A beach sleepover
Updated: Jun 25, 2020
Everyone who visits Ilha Grande wants to visit Lopes Mendes. It is said to be Brazil’s second most beautiful beach and I was determined to see it before I left the island. Two kilometres of powder fine sand, uninhabited, proper surf, birds, monkeys, agoutis and caimans. Obviously, I had to get there, one way or another. With only two weeks on the island and no boats to get there, there was only one option. Walk it!
My first visit to Lopes was accidental and I certainly had no intention of spending the night there. The original plan was to go to Caxadaço, another remote beach with spectacular rock formations, and then return to Abraão, a 23 km round trip.
The first part of the hike to Caxadaço was via a wide dirt road leading to Dois Rios, a small village on the opposite side of the island from Abraão. Though certainly steep it was quite manageable. Small streams crossed the trail at regular intervals providing welcome drinking water. I could hear frogs chirping loudly around the streams. There were signposts to other trails along the way including one to Bico do Papagaio, the island’s second highest point by trail at almost 1km above sea level. The sign warned against setting out after midday and advised against going it alone. No danger of that, I thought, looking at the almost vertical rocky trail. I later heard from a local guide of someone who had ignored the warnings and set off for Bico do Papagaio alone. He had spent a week up in the mountains completely lost before making it back down to safety. I would never do anything so silly, I thought smugly.
After the turn off from the main road which continued on to Dois Rios, the trail to Caxadaço was (by my novice standards) nothing like anything I had experienced before. It was challenging to say the least – 3 hours of navigating really steep inclines, clambering over boulders and tree roots on paths (if you could even call them that) where you were likely to fall and injure yourself if you did not grab hold of lianas, tree branches and every now and then guide ropes. It would have been easy to stray from the trail which sometimes seemed indistinguishable from the surrounding jungle other than for marker ribbons tied around trees every few metres. Okay I could have done it in a shorter period of time but I stopped quite a lot to photograph birds (obviously) – and to rest. The steepness of the trail AND two snake encounters (a Coral and then a Jararacuçu) as well as a chance encounter with a couple of trail junkies who said the onward trail to Lopes was easy made my mind up. At that point I would have done ANYTHING rather than return from Caxadaço on the same trail. Also, if I got to see Lopes on the way that was a bonus. I was at that point in denial about the journey home beyond Lopes. I figured any way back to Abraão other than via Caxadaço and its snake-ridden trail would be the better option.
The trouble was, the trail junkies’ idea of “easy” was anything but for a novice hiker like me. It took a further 3 hours via the most difficult trail I have ever experienced - far more treacherous than that to Caxadaço - to get to Lopes. By the time I got there I was utterly exhausted and it was getting dark. Nightjars were beginning to come out – really exciting for a birder like me – but I could not even haul my camera out of its bag. Agoutis were running along the beach foraging for wild apricots that lay on the sand. Yes, Lopes Mendes was incredible, possibly the most beautiful beach I have ever seen in my life but frankly I barely cared.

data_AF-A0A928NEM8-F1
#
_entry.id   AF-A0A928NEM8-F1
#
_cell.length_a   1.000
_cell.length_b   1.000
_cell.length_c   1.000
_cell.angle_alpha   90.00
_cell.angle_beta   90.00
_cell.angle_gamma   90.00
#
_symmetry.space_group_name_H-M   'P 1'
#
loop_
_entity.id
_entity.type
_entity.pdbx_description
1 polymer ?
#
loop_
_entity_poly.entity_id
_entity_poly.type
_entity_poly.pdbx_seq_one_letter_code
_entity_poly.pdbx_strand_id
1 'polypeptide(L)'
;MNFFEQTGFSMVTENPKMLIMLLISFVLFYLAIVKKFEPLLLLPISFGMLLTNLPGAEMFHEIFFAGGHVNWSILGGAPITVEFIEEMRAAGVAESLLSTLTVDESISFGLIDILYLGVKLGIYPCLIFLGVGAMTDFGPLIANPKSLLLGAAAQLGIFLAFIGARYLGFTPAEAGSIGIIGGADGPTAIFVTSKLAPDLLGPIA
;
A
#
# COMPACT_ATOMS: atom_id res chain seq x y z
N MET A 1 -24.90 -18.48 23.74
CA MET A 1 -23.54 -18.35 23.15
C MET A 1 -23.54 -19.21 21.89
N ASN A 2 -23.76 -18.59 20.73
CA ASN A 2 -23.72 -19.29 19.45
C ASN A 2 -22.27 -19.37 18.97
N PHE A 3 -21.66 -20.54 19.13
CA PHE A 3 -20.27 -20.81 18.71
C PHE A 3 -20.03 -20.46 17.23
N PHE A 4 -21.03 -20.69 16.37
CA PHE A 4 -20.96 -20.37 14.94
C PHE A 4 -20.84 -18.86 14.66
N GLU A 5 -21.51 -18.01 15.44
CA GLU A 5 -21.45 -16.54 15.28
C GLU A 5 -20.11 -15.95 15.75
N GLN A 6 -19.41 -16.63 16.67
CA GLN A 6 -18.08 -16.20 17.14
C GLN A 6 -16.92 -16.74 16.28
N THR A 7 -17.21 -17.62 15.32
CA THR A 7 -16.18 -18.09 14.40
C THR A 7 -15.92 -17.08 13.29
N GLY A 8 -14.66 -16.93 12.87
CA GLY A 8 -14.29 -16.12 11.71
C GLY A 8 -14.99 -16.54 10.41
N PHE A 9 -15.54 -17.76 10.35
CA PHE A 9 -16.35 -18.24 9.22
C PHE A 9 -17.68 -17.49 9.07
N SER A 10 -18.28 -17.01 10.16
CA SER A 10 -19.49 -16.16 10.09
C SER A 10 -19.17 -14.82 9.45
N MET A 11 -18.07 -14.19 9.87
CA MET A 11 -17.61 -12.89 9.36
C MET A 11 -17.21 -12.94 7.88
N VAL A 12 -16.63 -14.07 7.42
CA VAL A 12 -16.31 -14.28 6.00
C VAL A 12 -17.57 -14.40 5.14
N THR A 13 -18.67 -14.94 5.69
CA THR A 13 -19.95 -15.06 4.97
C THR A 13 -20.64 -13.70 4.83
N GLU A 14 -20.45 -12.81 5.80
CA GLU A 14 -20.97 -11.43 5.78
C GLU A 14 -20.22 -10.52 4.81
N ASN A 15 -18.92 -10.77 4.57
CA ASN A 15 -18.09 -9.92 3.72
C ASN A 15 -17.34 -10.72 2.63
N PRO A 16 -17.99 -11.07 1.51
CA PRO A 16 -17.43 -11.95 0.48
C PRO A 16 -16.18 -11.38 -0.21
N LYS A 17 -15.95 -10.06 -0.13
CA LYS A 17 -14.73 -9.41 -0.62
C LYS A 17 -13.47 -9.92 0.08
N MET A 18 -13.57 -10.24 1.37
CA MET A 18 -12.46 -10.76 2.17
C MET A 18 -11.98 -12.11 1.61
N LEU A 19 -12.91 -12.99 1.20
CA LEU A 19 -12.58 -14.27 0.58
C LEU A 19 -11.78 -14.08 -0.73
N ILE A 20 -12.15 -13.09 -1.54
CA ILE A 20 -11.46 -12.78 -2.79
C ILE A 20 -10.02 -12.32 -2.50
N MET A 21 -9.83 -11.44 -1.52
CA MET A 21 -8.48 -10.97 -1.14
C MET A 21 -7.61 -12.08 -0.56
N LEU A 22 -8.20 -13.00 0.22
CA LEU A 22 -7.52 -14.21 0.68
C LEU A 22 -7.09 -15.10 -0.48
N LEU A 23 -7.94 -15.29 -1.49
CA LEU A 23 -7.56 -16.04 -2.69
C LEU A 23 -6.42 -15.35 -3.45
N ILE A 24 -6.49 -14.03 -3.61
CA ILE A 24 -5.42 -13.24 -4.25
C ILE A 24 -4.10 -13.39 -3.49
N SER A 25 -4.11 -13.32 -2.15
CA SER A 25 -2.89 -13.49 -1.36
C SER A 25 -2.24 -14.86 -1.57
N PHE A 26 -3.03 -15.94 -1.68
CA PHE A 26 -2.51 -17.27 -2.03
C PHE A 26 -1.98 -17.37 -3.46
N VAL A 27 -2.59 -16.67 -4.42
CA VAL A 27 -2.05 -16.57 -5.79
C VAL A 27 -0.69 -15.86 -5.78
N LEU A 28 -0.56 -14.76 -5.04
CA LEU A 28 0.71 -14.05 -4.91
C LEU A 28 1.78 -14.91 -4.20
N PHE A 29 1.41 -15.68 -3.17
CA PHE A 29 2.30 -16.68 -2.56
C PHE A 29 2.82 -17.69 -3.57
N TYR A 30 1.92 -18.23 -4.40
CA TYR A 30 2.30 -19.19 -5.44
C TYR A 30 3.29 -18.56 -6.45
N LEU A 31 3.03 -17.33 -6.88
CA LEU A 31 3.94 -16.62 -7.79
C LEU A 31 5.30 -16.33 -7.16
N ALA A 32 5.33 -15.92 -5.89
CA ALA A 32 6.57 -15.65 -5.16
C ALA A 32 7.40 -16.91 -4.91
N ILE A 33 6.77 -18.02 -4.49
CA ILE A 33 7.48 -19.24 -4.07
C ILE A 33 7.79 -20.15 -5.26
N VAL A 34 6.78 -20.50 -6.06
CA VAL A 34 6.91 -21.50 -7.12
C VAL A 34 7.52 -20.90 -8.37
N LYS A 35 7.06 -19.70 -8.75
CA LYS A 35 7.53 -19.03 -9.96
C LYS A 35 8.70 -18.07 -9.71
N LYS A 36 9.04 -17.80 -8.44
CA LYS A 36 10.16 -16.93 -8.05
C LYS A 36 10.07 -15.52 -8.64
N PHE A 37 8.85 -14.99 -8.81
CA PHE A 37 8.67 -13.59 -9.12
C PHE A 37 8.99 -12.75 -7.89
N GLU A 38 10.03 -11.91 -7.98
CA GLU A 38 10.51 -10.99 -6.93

I had no insect repellent, no torch, no change of clothes, no food and no tent or shelter. All I had was a bottle of water and my trusty but extremely heavy camera. My greatest fear right then was being attacked by borachudos – nasty bloodsucking insects that came out at dusk with a bite far worse than mosquitoes and to which I appeared to have an extreme allergy.
At the far end of the beach, so a mere 2km distance from where I had entered, I saw some boats and a couple of fires. Normally a rather shy person, I decided to take my chances and ask for help – my hope was that I could get a boat to get me somewhere within striking distance of Abraão.
The first group of campers – two fathers and their grown sons on a jet-ski adventure from Rio - offered me coffee and insect repellent and they will never know how truly grateful I was for the latter. However, as they had only one tent and I did not fancy sleeping on the sand next to their fire on the beach – which they kindly offered - I decided to venture further up-beach and then weigh up my options.
Hoping against hope that the second group of campers, who appeared to have a couple of boats, might be able to get me home to Abraão, I plucked up the courage to approach and was really glad I did so. A group of youngish men from Rio who were self-quarantining on their yachts, they seemed determined to have a good time. Not only did they have a spare tent, they were great company and had food and drinks to spare. The first beer they offered me – a cold Heineken - was possibly the best I have ever tasted in my life. They were true gentlemen and I really don’t know what I would have done without their help. I don’t think many people have had the privilege of spending the night on Lopes but I woke up to the most incredible sunrise on the second most beautiful beach in Brazil.
After a cold shower from the natural pipe at the end of the beach, I said goodbye to my generous hosts. Following a delicious breakfast of coconut water, fresh coconut and beach apricots and a morning rambling along the beachfront and swimming in the crystal-clear green rollers of Lopes I set off on the homeward trail. I felt very blessed and looked forward to my next visit. The trail back via Pouso and Praia de Palmas was very hard – around 6 hours hard hiking – and I was extremely thankful that I had not attempted it the previous night.